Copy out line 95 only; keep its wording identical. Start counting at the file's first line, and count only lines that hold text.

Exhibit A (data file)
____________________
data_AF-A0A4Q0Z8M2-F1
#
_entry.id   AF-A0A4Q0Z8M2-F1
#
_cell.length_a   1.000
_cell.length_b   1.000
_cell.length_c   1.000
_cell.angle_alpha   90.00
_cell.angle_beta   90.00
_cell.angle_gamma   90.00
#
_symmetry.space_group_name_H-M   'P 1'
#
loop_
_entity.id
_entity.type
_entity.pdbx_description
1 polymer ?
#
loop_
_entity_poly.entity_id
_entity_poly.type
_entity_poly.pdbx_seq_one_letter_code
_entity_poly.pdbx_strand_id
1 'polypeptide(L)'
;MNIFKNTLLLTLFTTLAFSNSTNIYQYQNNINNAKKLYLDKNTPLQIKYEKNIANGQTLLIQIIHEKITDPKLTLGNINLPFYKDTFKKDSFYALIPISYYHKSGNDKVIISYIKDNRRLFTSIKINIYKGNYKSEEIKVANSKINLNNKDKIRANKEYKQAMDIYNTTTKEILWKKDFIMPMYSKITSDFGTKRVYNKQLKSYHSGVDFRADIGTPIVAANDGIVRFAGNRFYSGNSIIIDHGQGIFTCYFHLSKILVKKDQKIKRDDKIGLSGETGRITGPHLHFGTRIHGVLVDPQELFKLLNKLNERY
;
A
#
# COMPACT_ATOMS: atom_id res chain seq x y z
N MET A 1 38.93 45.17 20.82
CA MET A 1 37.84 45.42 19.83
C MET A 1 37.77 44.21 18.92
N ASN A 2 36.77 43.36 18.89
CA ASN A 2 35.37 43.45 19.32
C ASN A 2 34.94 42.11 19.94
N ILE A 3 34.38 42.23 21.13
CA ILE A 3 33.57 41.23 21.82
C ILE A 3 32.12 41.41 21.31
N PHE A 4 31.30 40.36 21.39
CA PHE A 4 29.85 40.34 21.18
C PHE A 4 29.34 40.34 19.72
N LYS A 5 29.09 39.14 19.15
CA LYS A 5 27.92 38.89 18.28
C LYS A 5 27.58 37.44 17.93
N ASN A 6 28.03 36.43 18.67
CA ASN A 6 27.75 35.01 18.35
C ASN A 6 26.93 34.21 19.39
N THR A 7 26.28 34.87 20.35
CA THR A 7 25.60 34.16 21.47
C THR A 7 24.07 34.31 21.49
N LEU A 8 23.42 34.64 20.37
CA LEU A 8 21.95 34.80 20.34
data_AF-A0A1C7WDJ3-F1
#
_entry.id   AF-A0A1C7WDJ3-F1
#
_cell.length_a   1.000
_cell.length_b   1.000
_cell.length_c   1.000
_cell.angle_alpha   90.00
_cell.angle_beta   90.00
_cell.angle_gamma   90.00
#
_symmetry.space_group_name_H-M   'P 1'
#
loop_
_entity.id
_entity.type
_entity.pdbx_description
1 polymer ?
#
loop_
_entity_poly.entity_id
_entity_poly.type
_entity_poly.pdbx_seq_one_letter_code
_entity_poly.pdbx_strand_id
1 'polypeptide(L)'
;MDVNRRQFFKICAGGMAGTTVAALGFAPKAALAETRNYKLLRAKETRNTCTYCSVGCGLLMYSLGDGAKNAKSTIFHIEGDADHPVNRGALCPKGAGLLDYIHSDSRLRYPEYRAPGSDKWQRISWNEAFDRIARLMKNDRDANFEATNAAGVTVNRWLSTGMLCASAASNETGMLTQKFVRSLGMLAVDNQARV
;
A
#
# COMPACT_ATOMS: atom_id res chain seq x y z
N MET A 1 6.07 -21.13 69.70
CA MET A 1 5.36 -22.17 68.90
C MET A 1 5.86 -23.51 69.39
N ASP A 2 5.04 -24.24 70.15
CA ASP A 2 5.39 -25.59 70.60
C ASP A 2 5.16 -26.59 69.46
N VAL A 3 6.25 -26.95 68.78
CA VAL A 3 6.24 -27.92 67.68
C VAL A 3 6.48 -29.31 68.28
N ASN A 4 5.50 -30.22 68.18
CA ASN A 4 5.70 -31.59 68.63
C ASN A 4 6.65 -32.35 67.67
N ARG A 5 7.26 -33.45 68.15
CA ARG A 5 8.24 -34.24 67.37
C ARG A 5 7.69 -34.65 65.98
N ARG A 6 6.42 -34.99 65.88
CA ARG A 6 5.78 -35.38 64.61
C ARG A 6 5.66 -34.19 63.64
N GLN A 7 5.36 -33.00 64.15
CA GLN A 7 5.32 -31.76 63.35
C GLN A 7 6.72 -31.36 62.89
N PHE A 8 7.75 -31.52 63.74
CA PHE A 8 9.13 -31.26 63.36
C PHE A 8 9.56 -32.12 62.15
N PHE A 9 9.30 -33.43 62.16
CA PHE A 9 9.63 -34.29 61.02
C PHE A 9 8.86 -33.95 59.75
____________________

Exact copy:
C ASN A 4 6.65 -32.35 67.67